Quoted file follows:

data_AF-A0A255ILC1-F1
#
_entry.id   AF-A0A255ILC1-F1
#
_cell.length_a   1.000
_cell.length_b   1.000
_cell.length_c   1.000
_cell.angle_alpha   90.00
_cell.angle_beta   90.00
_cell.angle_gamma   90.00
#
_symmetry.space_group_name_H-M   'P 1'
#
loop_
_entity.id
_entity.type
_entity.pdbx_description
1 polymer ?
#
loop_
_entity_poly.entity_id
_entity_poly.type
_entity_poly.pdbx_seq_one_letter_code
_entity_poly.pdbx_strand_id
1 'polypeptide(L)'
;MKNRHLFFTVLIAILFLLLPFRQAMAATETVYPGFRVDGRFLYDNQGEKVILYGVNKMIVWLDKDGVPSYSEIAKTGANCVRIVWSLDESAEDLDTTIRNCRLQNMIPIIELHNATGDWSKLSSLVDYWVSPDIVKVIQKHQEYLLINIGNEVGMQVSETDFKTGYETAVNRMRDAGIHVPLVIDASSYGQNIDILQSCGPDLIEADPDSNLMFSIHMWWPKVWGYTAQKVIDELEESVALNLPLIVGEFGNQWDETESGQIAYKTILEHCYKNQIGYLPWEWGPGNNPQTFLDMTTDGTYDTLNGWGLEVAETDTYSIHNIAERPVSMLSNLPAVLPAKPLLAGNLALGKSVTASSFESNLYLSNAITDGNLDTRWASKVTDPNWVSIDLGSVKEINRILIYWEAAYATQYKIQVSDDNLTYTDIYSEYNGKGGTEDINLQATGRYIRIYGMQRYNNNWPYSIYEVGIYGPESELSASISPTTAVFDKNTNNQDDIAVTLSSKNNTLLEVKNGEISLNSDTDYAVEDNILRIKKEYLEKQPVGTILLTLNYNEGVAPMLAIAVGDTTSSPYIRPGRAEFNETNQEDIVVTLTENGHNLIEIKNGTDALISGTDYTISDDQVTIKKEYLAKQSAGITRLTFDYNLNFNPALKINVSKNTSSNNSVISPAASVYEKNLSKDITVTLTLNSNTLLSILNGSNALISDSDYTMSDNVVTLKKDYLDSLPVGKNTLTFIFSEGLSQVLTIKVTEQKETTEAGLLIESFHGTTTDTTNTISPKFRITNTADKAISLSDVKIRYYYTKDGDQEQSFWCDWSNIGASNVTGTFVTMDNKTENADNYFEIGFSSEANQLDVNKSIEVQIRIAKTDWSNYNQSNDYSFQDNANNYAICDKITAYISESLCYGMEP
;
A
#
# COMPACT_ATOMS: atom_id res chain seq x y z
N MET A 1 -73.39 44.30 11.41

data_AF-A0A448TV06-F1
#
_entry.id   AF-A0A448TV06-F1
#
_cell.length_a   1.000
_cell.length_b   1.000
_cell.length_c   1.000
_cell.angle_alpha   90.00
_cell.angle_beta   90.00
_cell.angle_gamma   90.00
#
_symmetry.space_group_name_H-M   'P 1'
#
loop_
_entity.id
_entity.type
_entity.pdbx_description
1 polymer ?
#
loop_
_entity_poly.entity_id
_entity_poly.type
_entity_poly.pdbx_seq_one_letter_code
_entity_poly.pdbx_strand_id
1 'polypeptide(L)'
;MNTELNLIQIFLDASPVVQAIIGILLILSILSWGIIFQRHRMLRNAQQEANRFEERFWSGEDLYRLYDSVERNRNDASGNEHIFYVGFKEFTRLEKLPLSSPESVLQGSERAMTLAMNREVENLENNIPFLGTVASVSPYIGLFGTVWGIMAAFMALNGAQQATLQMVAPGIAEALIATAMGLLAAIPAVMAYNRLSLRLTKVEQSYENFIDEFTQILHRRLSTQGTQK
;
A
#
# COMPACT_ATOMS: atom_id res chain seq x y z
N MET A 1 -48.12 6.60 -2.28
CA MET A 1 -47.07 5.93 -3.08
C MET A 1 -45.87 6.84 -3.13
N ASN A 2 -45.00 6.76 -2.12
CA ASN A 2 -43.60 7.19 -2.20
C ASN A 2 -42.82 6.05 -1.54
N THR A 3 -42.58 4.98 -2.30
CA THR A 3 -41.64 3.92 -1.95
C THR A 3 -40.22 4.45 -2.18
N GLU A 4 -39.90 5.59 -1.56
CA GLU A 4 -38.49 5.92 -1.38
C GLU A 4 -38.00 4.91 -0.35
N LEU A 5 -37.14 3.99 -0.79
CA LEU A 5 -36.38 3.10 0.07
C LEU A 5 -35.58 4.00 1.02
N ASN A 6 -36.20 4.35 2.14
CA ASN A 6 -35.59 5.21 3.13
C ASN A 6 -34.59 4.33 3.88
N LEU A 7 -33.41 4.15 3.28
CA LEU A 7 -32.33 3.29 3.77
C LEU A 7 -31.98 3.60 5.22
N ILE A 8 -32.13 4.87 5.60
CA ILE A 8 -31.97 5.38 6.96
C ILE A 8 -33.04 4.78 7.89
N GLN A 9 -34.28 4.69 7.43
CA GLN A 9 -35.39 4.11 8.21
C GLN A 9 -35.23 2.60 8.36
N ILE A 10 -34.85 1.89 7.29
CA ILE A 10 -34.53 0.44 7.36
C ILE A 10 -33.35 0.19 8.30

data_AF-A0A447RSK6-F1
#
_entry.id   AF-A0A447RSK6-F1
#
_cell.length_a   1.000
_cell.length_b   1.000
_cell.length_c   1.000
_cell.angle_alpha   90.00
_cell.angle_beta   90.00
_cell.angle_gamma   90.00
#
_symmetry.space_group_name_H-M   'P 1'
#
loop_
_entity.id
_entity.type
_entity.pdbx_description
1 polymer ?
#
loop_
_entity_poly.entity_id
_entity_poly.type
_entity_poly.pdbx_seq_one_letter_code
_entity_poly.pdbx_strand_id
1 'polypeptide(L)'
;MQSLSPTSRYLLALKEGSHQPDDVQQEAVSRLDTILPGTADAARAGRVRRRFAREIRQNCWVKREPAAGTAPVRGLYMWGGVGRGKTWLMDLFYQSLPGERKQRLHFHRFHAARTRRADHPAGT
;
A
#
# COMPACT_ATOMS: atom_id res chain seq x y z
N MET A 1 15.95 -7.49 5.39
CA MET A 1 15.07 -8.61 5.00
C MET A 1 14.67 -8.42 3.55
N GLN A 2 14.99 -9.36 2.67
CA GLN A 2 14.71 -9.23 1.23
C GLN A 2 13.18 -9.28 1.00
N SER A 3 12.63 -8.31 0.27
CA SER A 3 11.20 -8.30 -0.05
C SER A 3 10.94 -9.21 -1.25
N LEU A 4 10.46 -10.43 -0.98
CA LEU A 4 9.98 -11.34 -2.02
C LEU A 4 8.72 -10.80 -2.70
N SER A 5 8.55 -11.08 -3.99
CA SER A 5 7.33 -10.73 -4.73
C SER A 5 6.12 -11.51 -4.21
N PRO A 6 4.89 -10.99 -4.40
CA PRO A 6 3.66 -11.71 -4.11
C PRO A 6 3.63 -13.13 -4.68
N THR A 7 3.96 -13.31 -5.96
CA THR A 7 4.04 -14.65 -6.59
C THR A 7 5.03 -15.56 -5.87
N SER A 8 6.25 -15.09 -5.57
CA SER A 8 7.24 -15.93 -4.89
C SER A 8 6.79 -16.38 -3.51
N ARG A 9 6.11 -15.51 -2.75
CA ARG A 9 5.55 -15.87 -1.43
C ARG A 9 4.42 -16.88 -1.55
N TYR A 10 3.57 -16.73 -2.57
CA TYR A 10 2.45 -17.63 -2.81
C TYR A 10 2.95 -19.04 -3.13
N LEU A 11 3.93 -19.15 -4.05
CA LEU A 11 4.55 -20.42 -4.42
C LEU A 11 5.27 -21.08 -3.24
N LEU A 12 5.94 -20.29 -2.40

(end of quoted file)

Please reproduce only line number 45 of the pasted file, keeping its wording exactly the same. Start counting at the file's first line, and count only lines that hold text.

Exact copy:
loop_